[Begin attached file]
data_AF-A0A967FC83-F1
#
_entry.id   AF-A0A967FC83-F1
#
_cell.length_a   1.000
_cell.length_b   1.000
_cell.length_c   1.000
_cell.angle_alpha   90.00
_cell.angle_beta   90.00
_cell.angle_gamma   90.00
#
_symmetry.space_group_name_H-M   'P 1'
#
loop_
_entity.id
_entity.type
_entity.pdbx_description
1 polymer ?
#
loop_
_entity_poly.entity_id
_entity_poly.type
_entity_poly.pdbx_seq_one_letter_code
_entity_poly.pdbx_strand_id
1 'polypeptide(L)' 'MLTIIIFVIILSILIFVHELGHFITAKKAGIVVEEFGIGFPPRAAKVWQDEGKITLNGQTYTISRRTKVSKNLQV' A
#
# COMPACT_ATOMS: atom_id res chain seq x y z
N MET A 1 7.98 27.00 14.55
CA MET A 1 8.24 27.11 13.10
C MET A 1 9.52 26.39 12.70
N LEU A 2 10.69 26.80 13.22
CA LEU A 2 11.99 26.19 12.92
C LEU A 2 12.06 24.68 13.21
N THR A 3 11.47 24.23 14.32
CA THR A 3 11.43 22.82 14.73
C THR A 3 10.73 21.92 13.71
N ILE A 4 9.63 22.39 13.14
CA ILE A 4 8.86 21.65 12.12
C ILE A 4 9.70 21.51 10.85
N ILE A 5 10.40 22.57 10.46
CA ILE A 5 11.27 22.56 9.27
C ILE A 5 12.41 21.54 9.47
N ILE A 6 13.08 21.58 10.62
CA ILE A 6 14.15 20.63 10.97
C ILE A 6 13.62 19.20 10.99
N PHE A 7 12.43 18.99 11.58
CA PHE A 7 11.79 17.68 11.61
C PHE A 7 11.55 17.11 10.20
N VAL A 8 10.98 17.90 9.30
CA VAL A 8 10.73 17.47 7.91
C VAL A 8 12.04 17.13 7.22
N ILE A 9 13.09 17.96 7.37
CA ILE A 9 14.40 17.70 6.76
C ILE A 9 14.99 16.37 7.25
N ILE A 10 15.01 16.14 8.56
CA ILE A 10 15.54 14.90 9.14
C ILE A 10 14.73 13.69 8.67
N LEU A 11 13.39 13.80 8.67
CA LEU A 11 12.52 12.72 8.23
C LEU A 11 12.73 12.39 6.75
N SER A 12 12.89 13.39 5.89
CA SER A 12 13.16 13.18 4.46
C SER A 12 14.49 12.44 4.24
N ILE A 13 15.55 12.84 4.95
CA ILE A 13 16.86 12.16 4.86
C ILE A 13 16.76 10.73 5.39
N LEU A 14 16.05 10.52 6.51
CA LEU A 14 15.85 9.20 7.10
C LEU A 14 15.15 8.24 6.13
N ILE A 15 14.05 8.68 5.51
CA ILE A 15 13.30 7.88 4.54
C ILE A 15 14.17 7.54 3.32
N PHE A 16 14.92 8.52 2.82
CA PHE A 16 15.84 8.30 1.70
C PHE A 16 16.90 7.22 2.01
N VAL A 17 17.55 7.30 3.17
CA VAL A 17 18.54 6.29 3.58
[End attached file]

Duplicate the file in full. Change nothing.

data_AF-A0A967FC83-F1
#
_entry.id   AF-A0A967FC83-F1
#
_cell.length_a   1.000
_cell.length_b   1.000
_cell.length_c   1.000
_cell.angle_alpha   90.00
_cell.angle_beta   90.00
_cell.angle_gamma   90.00
#
_symmetry.space_group_name_H-M   'P 1'
#
loop_
_entity.id
_entity.type
_entity.pdbx_description
1 polymer ?
#
loop_
_entity_poly.entity_id
_entity_poly.type
_entity_poly.pdbx_seq_one_letter_code
_entity_poly.pdbx_strand_id
1 'polypeptide(L)' 'MLTIIIFVIILSILIFVHELGHFITAKKAGIVVEEFGIGFPPRAAKVWQDEGKITLNGQTYTISRRTKVSKNLQV' A
#
# COMPACT_ATOMS: atom_id res chain seq x y z
N MET A 1 7.98 27.00 14.55
CA MET A 1 8.24 27.11 13.10
C MET A 1 9.52 26.39 12.70
N LEU A 2 10.69 26.80 13.22
CA LEU A 2 11.99 26.19 12.92
C LEU A 2 12.06 24.68 13.21
N THR A 3 11.47 24.23 14.32
CA THR A 3 11.43 22.82 14.73
C THR A 3 10.73 21.92 13.71
N ILE A 4 9.63 22.39 13.14
CA ILE A 4 8.86 21.65 12.12
C ILE A 4 9.70 21.51 10.85
N ILE A 5 10.40 22.57 10.46
CA ILE A 5 11.27 22.56 9.27
C ILE A 5 12.41 21.54 9.47
N ILE A 6 13.08 21.58 10.62
CA ILE A 6 14.15 20.63 10.97
C ILE A 6 13.62 19.20 10.99
N PHE A 7 12.43 18.99 11.58
CA PHE A 7 11.79 17.68 11.61
C PHE A 7 11.55 17.11 10.20
N VAL A 8 10.98 17.90 9.30
CA VAL A 8 10.73 17.47 7.91
C VAL A 8 12.04 17.13 7.22
N ILE A 9 13.09 17.96 7.37
CA ILE A 9 14.40 17.70 6.76
C ILE A 9 14.99 16.37 7.25
N ILE A 10 15.01 16.14 8.56
CA ILE A 10 15.54 14.90 9.14
C ILE A 10 14.73 13.69 8.67
N LEU A 11 13.39 13.80 8.67
CA LEU A 11 12.52 12.72 8.23
C LEU A 11 12.73 12.39 6.75
N SER A 12 12.89 13.39 5.89
CA SER A 12 13.16 13.18 4.46
C SER A 12 14.49 12.44 4.24
N ILE A 13 15.55 12.84 4.95
CA ILE A 13 16.86 12.16 4.86
C ILE A 13 16.76 10.73 5.39
N LEU A 14 16.05 10.52 6.51
CA LEU A 14 15.85 9.20 7.10
C LEU A 14 15.15 8.24 6.13
N ILE A 15 14.05 8.68 5.51
CA ILE A 15 13.30 7.88 4.54
C ILE A 15 14.17 7.54 3.32
N PHE A 16 14.92 8.52 2.82
CA PHE A 16 15.84 8.30 1.70
C PHE A 16 16.90 7.22 2.01
N VAL A 17 17.55 7.30 3.17
CA VAL A 17 18.54 6.29 3.58